The Battles of Fort Henderson and Sulphur Creek Trestle
Fort Henderson and Trinity School
In September 1864, Confederate General Nathan Bedford Forrest launched an expedition from Mississippi to disrupt Union supply lines in Tennessee and Alabama. Forrest's cavalry collided with Colonel Wallace Campbell's men south of Athens on September 23. A sharp skirmish ensued, and Campbell slowly withdrew to the fort. Fighting continued throughout the day and Forrest surrounded Fort Henderson that evening. Forrest probed Campbell's defenses the next morning. Imagine the gunfire, yelling, the ground trembling beneath your feet. Finding the fort too strong, he demanded Campbell capitulate. Campbell conferred with Forrest, who convinced the Union commander he was heavily outnumbered, and Campbell agreed to surrender. The Confederates then turned north toward Sulphur Creek Trestle. Forrest invested the Union garrison there on September 25. An artillery bombardment and dismounted
Map: The first fight for Fort Henderson began on September 23. After a morning skirmish, Colonel Campbell launched a sortie into Athens against the 2nd Tennessee Cavalry. The following day, reinforcements from the 18th Michigan and 102nd Ohio nearly broke through Forrest's line and relieved the garrison. During the second battle in October, Lieutenant Colonel Wade credited the innovative use of the bombproof for saving the fort's garrison. American Battlefield Trust
Portrait left: A veteran of the Mexican- American War, Major General Lovell Rousseau fought at Shiloh, Perryville and Stones River. The head of the District of Tennessee, it fell to Rousseau to prevent Confederate incursions against the Nashville and Decatur Railroad. Courtesy of the Library of Congress
Bottom right: This trestle bridge
spanned Sulphur Creek
north of Athens. It was
protected by an earthen
fort and blockhouses.
these fortifications to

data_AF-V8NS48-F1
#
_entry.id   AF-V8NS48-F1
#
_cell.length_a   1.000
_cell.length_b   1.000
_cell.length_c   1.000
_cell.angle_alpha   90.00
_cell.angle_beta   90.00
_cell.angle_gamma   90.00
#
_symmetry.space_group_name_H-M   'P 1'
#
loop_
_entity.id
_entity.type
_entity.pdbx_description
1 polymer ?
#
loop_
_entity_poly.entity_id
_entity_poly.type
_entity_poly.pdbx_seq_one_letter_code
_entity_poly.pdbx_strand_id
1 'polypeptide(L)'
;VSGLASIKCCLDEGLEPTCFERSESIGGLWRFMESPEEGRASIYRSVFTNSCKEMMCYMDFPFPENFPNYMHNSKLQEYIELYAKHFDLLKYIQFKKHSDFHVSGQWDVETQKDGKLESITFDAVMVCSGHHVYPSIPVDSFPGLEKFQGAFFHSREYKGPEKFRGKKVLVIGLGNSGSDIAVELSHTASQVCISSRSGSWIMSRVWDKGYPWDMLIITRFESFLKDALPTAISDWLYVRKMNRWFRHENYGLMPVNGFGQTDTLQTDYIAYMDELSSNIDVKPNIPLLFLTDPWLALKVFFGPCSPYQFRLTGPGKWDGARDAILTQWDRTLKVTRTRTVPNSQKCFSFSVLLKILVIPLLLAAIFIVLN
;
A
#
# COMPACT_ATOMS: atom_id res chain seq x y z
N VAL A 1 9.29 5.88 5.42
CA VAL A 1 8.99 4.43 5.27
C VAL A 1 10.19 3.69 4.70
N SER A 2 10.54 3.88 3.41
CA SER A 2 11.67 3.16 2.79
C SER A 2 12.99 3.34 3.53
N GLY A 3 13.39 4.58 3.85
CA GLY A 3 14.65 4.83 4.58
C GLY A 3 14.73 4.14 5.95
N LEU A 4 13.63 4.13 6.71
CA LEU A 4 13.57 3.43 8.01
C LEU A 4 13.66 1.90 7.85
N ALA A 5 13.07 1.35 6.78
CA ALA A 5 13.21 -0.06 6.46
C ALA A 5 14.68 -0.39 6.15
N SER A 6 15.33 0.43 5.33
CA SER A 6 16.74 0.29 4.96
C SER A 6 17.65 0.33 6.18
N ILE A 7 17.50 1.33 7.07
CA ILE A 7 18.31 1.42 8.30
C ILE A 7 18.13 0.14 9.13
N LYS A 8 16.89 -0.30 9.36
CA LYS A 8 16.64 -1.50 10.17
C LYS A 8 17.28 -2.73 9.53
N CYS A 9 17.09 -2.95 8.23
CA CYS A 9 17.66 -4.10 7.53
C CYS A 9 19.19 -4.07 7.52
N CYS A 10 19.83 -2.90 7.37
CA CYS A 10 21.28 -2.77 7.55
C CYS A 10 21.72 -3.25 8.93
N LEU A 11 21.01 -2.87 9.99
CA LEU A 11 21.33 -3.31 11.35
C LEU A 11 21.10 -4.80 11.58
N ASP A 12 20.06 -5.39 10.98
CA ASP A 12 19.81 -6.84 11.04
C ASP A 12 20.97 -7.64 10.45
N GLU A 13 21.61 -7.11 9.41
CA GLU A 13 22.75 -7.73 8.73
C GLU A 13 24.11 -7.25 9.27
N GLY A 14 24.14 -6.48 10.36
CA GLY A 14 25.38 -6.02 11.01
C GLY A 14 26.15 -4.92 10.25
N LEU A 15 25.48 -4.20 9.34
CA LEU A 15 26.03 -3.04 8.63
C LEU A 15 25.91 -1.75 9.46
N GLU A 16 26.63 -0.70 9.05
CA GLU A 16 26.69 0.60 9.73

be the strongest on the
railroad. Courtesy of
Limestone County Archives
Erected 2020 by American Battlefield Trust & Paul Bryant Jr.
Topics. This historical marker is listed in this topic list: War, US Civil.
Location. 34° 47.89′ N, 86° 58.811′ W. Marker is in Athens, Alabama, in Limestone County. Marker can be reached from Trinity Circle north of Browns Ferry Street (County Road 29), on the left when traveling east. Touch for map. Marker is at or near this postal address: 606 Trinity Cir, Athens AL 35611, United States of America. Touch for directions.
Other nearby markers. At least 8 other markers are within walking distance of this marker. Prisoners of War (a few steps from this marker); Coleman Hill (within shouting distance of this marker); The United State Colored Troops (within shouting distance of this marker);
Related markers. Click here for a list of markers that are related to this marker.
Also see . . .
1. Battle of Fort Henderson - from American Battlefield Trust website. (Submitted on October 19, 2020, by Mark Hilton of Montgomery, Alabama.)
2. Battle of Sulphur Creek Trestle. From the American Battlefield Trust website. (Submitted on October 19, 2020, by Mark Hilton of Montgomery, Alabama.)
Credits. This page was last revised on October 20, 2020. It was originally submitted on October 19, 2020, by Mark Hilton of Montgomery, Alabama. This page has been viewed 68 times since then and 10 times this year. Photos: 1, 2. submitted on October 19, 2020, by Mark Hilton of Montgomery, Alabama. 3. submitted on October 20, 2020, by Mark Hilton of Montgomery, Alabama.